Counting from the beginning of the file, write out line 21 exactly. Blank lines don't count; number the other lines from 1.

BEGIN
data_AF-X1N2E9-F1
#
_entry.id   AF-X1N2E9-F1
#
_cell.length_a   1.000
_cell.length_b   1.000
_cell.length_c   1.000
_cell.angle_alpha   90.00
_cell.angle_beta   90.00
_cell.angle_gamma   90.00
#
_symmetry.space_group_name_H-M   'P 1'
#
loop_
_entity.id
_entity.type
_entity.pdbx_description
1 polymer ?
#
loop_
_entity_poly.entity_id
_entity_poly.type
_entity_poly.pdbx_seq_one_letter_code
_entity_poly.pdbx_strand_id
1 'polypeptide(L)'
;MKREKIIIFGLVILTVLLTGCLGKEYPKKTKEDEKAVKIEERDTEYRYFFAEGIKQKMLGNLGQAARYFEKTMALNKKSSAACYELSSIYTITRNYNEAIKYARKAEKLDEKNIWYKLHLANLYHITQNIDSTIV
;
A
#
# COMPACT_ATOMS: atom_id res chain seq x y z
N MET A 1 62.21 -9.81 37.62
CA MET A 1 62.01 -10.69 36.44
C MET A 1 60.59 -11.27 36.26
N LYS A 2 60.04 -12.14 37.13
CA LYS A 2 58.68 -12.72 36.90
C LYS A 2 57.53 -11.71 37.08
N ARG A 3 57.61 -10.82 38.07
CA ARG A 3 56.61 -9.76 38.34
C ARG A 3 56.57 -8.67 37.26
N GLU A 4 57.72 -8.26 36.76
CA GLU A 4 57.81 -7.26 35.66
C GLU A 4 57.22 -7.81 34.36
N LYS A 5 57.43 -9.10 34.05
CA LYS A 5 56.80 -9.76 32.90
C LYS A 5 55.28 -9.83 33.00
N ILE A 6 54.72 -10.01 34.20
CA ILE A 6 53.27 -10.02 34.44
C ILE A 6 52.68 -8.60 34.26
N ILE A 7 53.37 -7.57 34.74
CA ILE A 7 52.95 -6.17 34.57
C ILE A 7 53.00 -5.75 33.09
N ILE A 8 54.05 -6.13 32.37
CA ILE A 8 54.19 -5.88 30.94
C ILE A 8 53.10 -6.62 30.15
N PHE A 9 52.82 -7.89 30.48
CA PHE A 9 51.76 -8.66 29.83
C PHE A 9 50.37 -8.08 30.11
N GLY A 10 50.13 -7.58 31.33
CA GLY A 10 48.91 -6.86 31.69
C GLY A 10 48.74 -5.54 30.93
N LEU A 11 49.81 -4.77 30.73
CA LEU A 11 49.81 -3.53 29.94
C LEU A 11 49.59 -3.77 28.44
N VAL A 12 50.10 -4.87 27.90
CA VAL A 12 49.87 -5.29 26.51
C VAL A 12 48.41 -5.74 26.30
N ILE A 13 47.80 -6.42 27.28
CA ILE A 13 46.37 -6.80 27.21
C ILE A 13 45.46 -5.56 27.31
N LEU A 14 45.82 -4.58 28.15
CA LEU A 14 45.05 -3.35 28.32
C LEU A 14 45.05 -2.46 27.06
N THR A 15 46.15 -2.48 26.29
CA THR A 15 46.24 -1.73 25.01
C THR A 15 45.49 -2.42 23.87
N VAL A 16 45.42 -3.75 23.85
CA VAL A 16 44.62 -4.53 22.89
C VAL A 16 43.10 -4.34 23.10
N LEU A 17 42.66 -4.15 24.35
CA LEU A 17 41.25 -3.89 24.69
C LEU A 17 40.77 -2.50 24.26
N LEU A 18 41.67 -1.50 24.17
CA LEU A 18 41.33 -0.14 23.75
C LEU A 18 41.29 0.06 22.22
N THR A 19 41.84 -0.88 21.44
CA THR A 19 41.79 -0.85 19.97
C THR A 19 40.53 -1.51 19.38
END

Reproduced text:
_entity_poly.entity_id